Whereas Nazism was abhorrent in believing dehumanisation to be a means to an end Neo Nazism is abhorrent for seeing it as an end in itself. Neo Nazism is not political theory it is an attempt to justify the thuggery, ignorance and hatred of a bored and vicious minority sector of modern youth.
Neo Nazism first found its home on social media, primarily on Twitter and hate sites like The Daily Stormer but is also now spreading to far right social media sites like GAB which have been specifically envisioned to create right wing echo chambers. The rise of Neo Nazis on social media is a serious concern because it exposes the young and the naïve to a radical doctrine of hate and dehumanisation. News events like the appointment of Donald Trump to the American presidency and in particular his appointment of Breitbart anti-Semite Stephen Barron to the position of his senior advisor have given Neo Nazis the self-illusion of having credible acceptable views and provided them with the confidence to keep posting their hate on public forums.
The inability to act from social media giants (we have seen evidence that Facebook allow private groups which discuss “alternative” ways to stop UK immigration), entertainment sites (why is Holocaust Denier Alison Chabloz allowed to sing her venom on YouTube?), web search companies (Up until last month the auto correction on Google for “Was the holocaust….?” ended in “a hoax,”) main stream media (LBC continue to employ Katie Hopkins despite her publicly endorsing anti-Semitic Twitter accounts) ISPs (why is white supremacist forum Stormfront not blocked in the UK?) and the government (Why is racist hate group Britain First not proscribed?) have all been instrumental in allowing this resurgence in Neo Nazism.
The online upsurge in Neo Nazism has morphed into physical acts and violence around the world. In America a group of armed white supremacists plan to march through Montana as a “protest” against Jewish people and Jewish run businesses. In the UK youth group National Action were allowed to make numerous street “protests” and hold rallies openly inciting hate against Jewish people before finally being proscribed as a terrorist organisation. Following many complaints by ourselves and others to Twitter, National Action spokesman Jack Renshaw* has finally had his account suspended. The Prevent program in the UK which attempts to identify young people in danger of radicalisation has reported a massive 74% spike in far right referrals. Even more worryingly is the fact that 300 of those are reported to be under 18 with some as young as ten.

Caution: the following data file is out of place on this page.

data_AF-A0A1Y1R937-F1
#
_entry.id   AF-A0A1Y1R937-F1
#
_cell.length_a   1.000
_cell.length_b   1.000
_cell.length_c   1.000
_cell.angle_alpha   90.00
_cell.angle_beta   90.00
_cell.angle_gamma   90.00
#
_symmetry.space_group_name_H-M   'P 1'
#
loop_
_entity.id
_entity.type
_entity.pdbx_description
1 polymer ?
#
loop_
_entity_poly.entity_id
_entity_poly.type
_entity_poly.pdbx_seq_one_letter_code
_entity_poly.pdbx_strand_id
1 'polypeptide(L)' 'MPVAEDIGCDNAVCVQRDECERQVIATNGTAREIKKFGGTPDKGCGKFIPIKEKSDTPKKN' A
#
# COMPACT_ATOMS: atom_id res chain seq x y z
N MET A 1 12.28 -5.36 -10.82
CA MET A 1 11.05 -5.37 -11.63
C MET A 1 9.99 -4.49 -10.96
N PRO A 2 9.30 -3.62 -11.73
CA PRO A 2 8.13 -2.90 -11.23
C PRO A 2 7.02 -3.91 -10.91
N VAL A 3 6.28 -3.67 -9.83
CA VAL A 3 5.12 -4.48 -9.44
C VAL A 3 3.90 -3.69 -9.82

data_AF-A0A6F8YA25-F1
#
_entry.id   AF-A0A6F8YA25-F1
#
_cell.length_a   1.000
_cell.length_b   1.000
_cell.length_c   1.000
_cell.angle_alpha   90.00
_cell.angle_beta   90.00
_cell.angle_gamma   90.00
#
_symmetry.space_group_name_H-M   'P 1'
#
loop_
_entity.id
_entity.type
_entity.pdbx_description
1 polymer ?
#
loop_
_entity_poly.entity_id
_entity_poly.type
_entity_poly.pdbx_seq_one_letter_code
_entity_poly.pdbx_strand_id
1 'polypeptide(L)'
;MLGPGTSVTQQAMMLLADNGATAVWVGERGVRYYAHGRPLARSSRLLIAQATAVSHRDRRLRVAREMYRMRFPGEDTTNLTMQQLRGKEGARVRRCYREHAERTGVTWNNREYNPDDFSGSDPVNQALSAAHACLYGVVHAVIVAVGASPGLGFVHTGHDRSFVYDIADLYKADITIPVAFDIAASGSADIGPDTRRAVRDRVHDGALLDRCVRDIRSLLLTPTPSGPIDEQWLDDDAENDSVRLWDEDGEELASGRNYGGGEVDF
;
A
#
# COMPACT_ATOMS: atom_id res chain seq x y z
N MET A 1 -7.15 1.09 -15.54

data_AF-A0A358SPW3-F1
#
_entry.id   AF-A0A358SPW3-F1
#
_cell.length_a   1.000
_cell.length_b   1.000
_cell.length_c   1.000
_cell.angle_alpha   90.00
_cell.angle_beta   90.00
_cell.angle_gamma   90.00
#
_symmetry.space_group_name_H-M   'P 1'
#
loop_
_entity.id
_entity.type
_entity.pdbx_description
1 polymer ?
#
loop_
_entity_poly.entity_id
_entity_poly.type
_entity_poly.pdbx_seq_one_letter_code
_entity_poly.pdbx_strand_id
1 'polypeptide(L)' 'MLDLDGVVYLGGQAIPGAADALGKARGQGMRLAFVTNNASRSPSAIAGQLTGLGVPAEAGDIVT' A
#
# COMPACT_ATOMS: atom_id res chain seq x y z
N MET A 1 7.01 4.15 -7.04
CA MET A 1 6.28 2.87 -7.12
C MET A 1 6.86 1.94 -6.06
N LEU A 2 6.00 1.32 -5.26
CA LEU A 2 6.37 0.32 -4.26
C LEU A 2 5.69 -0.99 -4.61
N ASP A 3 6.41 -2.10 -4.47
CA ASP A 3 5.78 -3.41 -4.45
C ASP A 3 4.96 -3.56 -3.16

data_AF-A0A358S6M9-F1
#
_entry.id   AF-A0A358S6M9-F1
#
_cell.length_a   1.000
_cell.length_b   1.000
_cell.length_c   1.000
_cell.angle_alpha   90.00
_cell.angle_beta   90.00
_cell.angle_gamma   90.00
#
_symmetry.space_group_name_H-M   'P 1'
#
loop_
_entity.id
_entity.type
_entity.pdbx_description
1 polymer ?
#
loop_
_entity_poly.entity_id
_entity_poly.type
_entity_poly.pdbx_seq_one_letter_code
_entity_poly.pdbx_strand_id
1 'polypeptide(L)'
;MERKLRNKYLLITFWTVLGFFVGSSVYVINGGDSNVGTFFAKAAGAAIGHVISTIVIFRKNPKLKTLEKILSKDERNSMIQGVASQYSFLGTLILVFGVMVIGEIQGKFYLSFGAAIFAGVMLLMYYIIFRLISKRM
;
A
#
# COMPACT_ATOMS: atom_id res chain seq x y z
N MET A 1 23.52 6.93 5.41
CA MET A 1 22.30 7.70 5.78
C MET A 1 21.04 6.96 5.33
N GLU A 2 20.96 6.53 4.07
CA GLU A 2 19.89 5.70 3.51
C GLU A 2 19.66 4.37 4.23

Most people have heard the quotation from George Santayana; “Those who do not learn the lessons of history are doomed to repeat them, ” and the sentiment is true. It is imperative that the horrors of Nazism never leave our educational syllabus. Every generation must be taught how the pursuit of a far right nationalistic doctrine can end in devastation and genocide.
And those of us who were taught about Nazism at school? We have learned our history. We do not have the excuse that we are uneducated or uninformed. We have learned the dangers of an extremist far right ideology, we have learned the consequences of Nazism, of radical expansionist Nationalism. We have learned what happens when human beings are dehumanised and abused. Yet despite this knowledge and our bitter understanding of where a path to Neo Nazism would take our countries we are still failing to take the action needed to stamp out the Nazi resurgence before it indoctrinates our young and our vulnerable into hatred.
Those of us who are unwilling to use what we have learned from history and teach the next generation are doomed to watch our children repeat the mistakes of the past.
Nobody can change 1939-1945 but anybody could change 2017.
*Looks like a 12 year old choirboy, here is a picture.
Roanna is one of the founder members of Resisting Hate. She is the author of the majority of our articles, and also publishes a blog on Huffington Post UK